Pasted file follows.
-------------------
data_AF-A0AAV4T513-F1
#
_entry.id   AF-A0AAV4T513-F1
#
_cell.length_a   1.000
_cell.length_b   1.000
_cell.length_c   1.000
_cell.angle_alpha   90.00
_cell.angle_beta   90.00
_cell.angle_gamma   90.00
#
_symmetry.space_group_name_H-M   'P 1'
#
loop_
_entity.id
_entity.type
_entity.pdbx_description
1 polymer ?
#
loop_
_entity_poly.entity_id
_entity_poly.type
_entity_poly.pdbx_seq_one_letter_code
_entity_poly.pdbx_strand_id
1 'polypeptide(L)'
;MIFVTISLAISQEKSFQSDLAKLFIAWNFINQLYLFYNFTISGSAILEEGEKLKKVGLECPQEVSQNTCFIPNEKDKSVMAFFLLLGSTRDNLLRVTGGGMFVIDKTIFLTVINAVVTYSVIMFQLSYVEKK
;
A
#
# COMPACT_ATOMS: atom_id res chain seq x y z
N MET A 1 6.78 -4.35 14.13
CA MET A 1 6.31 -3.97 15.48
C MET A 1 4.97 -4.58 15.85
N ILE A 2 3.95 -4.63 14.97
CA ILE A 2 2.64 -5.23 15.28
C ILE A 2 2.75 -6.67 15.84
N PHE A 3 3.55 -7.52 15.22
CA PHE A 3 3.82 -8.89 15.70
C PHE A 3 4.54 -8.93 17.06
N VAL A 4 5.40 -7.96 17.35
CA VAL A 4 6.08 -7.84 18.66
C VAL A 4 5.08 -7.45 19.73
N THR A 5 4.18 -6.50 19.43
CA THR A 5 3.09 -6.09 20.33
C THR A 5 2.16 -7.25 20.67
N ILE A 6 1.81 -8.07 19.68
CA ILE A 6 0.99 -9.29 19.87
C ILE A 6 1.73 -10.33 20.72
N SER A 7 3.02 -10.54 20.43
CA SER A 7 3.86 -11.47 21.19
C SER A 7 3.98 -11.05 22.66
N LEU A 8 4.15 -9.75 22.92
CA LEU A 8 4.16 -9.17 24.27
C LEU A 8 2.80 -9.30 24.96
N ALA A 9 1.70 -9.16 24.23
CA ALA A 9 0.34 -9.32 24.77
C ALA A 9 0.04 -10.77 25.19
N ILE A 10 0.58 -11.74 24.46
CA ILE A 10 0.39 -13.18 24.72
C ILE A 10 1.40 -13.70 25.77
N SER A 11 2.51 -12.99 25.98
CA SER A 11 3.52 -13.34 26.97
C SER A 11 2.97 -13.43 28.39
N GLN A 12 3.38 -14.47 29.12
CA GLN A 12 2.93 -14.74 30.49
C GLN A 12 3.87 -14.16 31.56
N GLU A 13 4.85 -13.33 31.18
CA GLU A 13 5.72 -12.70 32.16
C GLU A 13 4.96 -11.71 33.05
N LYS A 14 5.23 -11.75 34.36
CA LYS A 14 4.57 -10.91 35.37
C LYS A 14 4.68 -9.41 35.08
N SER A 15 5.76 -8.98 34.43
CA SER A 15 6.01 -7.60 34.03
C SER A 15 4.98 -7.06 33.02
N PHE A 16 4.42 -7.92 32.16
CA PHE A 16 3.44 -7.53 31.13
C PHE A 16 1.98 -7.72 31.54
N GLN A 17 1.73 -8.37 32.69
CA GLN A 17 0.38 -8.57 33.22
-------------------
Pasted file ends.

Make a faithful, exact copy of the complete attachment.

data_AF-A0AAV4T513-F1
#
_entry.id   AF-A0AAV4T513-F1
#
_cell.length_a   1.000
_cell.length_b   1.000
_cell.length_c   1.000
_cell.angle_alpha   90.00
_cell.angle_beta   90.00
_cell.angle_gamma   90.00
#
_symmetry.space_group_name_H-M   'P 1'
#
loop_
_entity.id
_entity.type
_entity.pdbx_description
1 polymer ?
#
loop_
_entity_poly.entity_id
_entity_poly.type
_entity_poly.pdbx_seq_one_letter_code
_entity_poly.pdbx_strand_id
1 'polypeptide(L)'
;MIFVTISLAISQEKSFQSDLAKLFIAWNFINQLYLFYNFTISGSAILEEGEKLKKVGLECPQEVSQNTCFIPNEKDKSVMAFFLLLGSTRDNLLRVTGGGMFVIDKTIFLTVINAVVTYSVIMFQLSYVEKK
;
A
#
# COMPACT_ATOMS: atom_id res chain seq x y z
N MET A 1 6.78 -4.35 14.13
CA MET A 1 6.31 -3.97 15.48
C MET A 1 4.97 -4.58 15.85
N ILE A 2 3.95 -4.63 14.97
CA ILE A 2 2.64 -5.23 15.28
C ILE A 2 2.75 -6.67 15.84
N PHE A 3 3.55 -7.52 15.22
CA PHE A 3 3.82 -8.89 15.70
C PHE A 3 4.54 -8.93 17.06
N VAL A 4 5.40 -7.96 17.35
CA VAL A 4 6.08 -7.84 18.66
C VAL A 4 5.08 -7.45 19.73
N THR A 5 4.18 -6.50 19.43
CA THR A 5 3.09 -6.09 20.33
C THR A 5 2.16 -7.25 20.67
N ILE A 6 1.81 -8.07 19.68
CA ILE A 6 0.99 -9.29 19.87
C ILE A 6 1.73 -10.33 20.72
N SER A 7 3.02 -10.54 20.43
CA SER A 7 3.86 -11.47 21.19
C SER A 7 3.98 -11.05 22.66
N LEU A 8 4.15 -9.75 22.92
CA LEU A 8 4.16 -9.17 24.27
C LEU A 8 2.80 -9.30 24.96
N ALA A 9 1.70 -9.16 24.23
CA ALA A 9 0.34 -9.32 24.77
C ALA A 9 0.04 -10.77 25.19
N ILE A 10 0.58 -11.74 24.46
CA ILE A 10 0.39 -13.18 24.72
C ILE A 10 1.40 -13.70 25.77
N SER A 11 2.51 -12.99 25.98
CA SER A 11 3.52 -13.34 26.97
C SER A 11 2.97 -13.43 28.39
N GLN A 12 3.38 -14.47 29.12
CA GLN A 12 2.93 -14.74 30.49
C GLN A 12 3.87 -14.16 31.56
N GLU A 13 4.85 -13.33 31.18
CA GLU A 13 5.72 -12.70 32.16
C GLU A 13 4.96 -11.71 33.05
N LYS A 14 5.23 -11.75 34.36
CA LYS A 14 4.57 -10.91 35.37
C LYS A 14 4.68 -9.41 35.08
N SER A 15 5.76 -8.98 34.43
CA SER A 15 6.01 -7.60 34.03
C SER A 15 4.98 -7.06 33.02
N PHE A 16 4.42 -7.92 32.16
CA PHE A 16 3.44 -7.53 31.13
C PHE A 16 1.98 -7.72 31.54
N GLN A 17 1.73 -8.37 32.69
CA GLN A 17 0.38 -8.57 33.22